Guide
# How to use JAWS Braille Math Editor

## Learn how your braille student can access and complete math assignments using the JAWS Braille Math Editor and a braille display!

Once an accessible math worksheet has been created using Microsoft Word and Equation Editor (see “Resources on how to create accessible math” at the bottom of this post), now your student is ready to complete the assignment using JAWS Braille Math Editor and a refreshable braille display. The Braille Math Editor is part of both JAWS and Fusion software applications and currently enables students to access and complete the math equations in **Nemeth braille** and **UEB braille** code using a refreshable braille. (The Braille Math Editor began supporting UEB braille in July 2024.)

- Students must have
**Microsoft Word Office 365**to use the Braille Math Editor- Note: Educators can create accessible math equations using other versions of Microsoft Word; however, students must use Microsoft Word Office 365 to be able to access and complete assignments using a screen reader)
- Google Docs does not play well with math equations – it is strongly recommended to use Microsoft Word for math equations!

- JAWS must be set to English – United States
- In settings, when choosing Nemeth math code, Grade 1 or Grade 2 must be selected (do not leave unchecked)
- If UEB is desired, in settings, change the math code to UEB (See Digital UEB Math & Braille Editor in Word with JAWS UEB Mode video below for details)
- Students must have a refreshable braille display or notetaker paired with their computer to edit or complete the math problem.

The JAWS math software is referred Braille Math Editor (BME) even though there are two ways to interact with the equation. JAWS users can access math equations as Braille Math Viewer or Braille Math Editor. JAWS will announce the mathematical expressions correctly.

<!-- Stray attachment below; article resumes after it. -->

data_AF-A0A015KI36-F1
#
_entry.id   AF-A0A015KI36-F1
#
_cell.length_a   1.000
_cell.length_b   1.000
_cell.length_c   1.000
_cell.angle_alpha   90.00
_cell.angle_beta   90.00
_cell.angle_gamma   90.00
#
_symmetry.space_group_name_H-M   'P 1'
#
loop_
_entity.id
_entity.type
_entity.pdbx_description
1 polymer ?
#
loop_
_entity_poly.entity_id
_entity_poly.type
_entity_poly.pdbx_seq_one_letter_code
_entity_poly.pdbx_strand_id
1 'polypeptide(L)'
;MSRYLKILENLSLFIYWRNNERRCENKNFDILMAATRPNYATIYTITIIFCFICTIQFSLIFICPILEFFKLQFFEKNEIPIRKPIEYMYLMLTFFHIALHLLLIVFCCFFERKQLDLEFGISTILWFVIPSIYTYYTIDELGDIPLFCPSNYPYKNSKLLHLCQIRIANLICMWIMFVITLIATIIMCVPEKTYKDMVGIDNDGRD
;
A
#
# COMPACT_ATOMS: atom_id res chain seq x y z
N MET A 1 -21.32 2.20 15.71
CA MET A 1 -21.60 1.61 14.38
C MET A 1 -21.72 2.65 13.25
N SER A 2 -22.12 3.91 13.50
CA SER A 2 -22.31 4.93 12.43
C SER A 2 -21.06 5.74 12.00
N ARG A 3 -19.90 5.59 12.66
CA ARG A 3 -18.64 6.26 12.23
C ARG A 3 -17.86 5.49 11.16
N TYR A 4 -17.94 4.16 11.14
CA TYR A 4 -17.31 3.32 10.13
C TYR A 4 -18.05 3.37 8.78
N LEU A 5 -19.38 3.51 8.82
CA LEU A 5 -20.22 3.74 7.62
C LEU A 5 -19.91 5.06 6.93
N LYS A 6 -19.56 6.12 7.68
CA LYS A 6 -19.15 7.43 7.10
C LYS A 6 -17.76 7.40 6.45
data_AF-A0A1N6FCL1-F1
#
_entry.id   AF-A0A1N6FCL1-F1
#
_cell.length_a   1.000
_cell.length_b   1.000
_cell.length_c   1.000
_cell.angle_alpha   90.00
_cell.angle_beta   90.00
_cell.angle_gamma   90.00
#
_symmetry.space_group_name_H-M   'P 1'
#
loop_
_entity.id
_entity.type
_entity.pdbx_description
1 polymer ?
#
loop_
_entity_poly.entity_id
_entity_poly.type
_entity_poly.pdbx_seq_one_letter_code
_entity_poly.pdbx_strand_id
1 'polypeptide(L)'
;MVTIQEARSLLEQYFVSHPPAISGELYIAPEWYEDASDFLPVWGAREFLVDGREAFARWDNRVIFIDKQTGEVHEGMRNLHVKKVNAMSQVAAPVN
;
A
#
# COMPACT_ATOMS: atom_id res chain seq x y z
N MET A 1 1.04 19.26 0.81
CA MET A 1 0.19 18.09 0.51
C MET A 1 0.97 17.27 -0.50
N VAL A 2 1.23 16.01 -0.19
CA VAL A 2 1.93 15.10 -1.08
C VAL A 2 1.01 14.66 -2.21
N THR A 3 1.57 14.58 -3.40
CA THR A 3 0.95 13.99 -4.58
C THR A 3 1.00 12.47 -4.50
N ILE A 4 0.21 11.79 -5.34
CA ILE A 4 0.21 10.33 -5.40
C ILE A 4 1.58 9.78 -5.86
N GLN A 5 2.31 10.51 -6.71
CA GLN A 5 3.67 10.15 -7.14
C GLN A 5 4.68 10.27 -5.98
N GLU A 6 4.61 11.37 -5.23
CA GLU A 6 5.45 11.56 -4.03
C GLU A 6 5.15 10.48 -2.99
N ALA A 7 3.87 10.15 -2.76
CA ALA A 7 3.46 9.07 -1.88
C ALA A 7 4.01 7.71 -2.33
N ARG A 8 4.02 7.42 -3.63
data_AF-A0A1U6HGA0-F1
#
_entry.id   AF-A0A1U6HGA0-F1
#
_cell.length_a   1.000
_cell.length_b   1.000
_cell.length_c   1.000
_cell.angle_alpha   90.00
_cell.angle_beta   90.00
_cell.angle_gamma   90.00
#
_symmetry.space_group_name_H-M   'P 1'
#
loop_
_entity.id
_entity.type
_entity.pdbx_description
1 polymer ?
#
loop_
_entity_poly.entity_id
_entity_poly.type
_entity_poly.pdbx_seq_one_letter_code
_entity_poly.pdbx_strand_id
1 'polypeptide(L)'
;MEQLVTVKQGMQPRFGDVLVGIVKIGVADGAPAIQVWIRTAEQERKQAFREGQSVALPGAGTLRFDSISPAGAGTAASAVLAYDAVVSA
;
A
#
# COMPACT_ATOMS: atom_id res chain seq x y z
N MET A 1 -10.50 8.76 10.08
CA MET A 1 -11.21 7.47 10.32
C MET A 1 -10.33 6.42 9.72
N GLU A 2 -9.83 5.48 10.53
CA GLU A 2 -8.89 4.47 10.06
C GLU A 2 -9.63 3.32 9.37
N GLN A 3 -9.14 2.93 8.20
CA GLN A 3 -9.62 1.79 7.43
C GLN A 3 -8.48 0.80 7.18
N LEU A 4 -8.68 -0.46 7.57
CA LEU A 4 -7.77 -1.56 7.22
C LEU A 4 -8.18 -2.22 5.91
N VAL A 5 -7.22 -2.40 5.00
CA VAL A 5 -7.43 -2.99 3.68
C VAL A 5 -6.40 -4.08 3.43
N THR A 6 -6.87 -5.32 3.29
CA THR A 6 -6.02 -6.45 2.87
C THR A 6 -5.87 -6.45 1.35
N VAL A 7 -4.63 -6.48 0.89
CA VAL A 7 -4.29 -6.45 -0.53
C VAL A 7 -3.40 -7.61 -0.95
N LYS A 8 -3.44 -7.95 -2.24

The Braille Math Viewer is a **read only** view; the equation or formula cannot be accidently edited. The Braille Math Viewer enables the student to be able to explore all the parts of the equation and to navigate through partial expression within the equation. This enables the student to explore the expression in detail and at a speed in which the student can absorb the information. Students can listen as JAWS announces the equation and can read the equation in Nemeth braille on a refreshable braille display.

When a student encounters a math equation or formula in a Word document, JAWS will read the equation and then announce, “Math content”.

Most JAWS commands are a single command, which means one or more keys are pressed simultaneously. Example: Control + C is one command to produce the action to “copy”. To open the Braille Math Viewer or the Braille Math Editor, you must use a “layered key command” – two sperate commands are required to produce one action. To open the Braille Math Viewer, press the layered key command, Insert + Space followed by Equals.

- To open the Braille Math Viewer, Insert + Space followed by Equals

- To move between parts of the expression, use the Leftand Right Arrows
- To focus in on a partial expression, press Down Arrow